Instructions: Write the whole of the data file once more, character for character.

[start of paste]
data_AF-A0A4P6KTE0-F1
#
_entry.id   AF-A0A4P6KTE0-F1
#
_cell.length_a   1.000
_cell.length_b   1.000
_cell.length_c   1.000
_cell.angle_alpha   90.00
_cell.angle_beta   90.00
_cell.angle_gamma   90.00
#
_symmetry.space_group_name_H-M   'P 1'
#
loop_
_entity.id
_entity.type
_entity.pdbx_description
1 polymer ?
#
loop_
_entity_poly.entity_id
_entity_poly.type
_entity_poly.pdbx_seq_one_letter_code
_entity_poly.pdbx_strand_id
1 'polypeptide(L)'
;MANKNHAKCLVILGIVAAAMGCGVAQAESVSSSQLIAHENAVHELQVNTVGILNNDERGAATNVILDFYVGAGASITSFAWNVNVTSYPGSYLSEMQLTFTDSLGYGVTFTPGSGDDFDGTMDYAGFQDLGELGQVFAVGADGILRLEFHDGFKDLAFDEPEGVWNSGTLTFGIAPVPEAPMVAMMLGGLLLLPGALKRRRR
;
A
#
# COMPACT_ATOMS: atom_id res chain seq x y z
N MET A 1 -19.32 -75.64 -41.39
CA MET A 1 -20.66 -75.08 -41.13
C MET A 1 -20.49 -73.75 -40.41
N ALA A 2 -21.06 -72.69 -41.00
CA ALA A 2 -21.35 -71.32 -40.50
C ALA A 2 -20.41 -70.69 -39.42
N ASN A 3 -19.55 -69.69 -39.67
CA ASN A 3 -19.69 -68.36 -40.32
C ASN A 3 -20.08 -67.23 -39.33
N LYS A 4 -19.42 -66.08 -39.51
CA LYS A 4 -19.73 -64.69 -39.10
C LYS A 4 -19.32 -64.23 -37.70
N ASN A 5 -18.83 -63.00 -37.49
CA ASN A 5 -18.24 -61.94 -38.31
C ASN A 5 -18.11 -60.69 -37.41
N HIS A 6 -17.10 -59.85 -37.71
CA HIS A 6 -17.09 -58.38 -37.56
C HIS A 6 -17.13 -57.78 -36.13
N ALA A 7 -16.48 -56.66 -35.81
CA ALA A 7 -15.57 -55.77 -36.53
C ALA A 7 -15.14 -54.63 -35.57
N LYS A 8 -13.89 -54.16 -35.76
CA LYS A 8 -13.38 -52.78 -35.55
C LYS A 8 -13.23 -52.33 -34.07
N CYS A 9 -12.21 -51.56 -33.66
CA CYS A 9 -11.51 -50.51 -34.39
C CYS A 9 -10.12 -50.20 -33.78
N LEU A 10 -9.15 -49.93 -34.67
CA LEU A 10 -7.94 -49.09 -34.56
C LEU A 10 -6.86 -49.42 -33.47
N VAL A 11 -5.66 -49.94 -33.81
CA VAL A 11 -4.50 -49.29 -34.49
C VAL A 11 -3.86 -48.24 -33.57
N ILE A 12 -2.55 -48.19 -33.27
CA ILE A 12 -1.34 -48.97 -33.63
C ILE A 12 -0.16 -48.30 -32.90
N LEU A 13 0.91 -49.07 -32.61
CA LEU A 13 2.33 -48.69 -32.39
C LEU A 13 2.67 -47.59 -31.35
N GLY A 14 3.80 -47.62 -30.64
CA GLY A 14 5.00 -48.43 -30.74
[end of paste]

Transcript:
data_AF-A0A4P6KTE0-F1
#
_entry.id   AF-A0A4P6KTE0-F1
#
_cell.length_a   1.000
_cell.length_b   1.000
_cell.length_c   1.000
_cell.angle_alpha   90.00
_cell.angle_beta   90.00
_cell.angle_gamma   90.00
#
_symmetry.space_group_name_H-M   'P 1'
#
loop_
_entity.id
_entity.type
_entity.pdbx_description
1 polymer ?
#
loop_
_entity_poly.entity_id
_entity_poly.type
_entity_poly.pdbx_seq_one_letter_code
_entity_poly.pdbx_strand_id
1 'polypeptide(L)'
;MANKNHAKCLVILGIVAAAMGCGVAQAESVSSSQLIAHENAVHELQVNTVGILNNDERGAATNVILDFYVGAGASITSFAWNVNVTSYPGSYLSEMQLTFTDSLGYGVTFTPGSGDDFDGTMDYAGFQDLGELGQVFAVGADGILRLEFHDGFKDLAFDEPEGVWNSGTLTFGIAPVPEAPMVAMMLGGLLLLPGALKRRRR
;
A
#
# COMPACT_ATOMS: atom_id res chain seq x y z
N MET A 1 -19.32 -75.64 -41.39
CA MET A 1 -20.66 -75.08 -41.13
C MET A 1 -20.49 -73.75 -40.41
N ALA A 2 -21.06 -72.69 -41.00
CA ALA A 2 -21.35 -71.32 -40.50
C ALA A 2 -20.41 -70.69 -39.42
N ASN A 3 -19.55 -69.69 -39.67
CA ASN A 3 -19.69 -68.36 -40.32
C ASN A 3 -20.08 -67.23 -39.33
N LYS A 4 -19.42 -66.08 -39.51
CA LYS A 4 -19.73 -64.69 -39.10
C LYS A 4 -19.32 -64.23 -37.70
N ASN A 5 -18.83 -63.00 -37.49
CA ASN A 5 -18.24 -61.94 -38.31
C ASN A 5 -18.11 -60.69 -37.41
N HIS A 6 -17.10 -59.85 -37.71
CA HIS A 6 -17.09 -58.38 -37.56
C HIS A 6 -17.13 -57.78 -36.13
N ALA A 7 -16.48 -56.66 -35.81
CA ALA A 7 -15.57 -55.77 -36.53
C ALA A 7 -15.14 -54.63 -35.57
N LYS A 8 -13.89 -54.16 -35.76
CA LYS A 8 -13.38 -52.78 -35.55
C LYS A 8 -13.23 -52.33 -34.07
N CYS A 9 -12.21 -51.56 -33.66
CA CYS A 9 -11.51 -50.51 -34.39
C CYS A 9 -10.12 -50.20 -33.78
N LEU A 10 -9.15 -49.93 -34.67
CA LEU A 10 -7.94 -49.09 -34.56
C LEU A 10 -6.86 -49.42 -33.47
N VAL A 11 -5.66 -49.94 -33.81
CA VAL A 11 -4.50 -49.29 -34.49
C VAL A 11 -3.86 -48.24 -33.57
N ILE A 12 -2.55 -48.19 -33.27
CA ILE A 12 -1.34 -48.97 -33.63
C ILE A 12 -0.16 -48.30 -32.90
N LEU A 13 0.91 -49.07 -32.61
CA LEU A 13 2.33 -48.69 -32.39
C LEU A 13 2.67 -47.59 -31.35
N GLY A 14 3.80 -47.62 -30.64
CA GLY A 14 5.00 -48.43 -30.74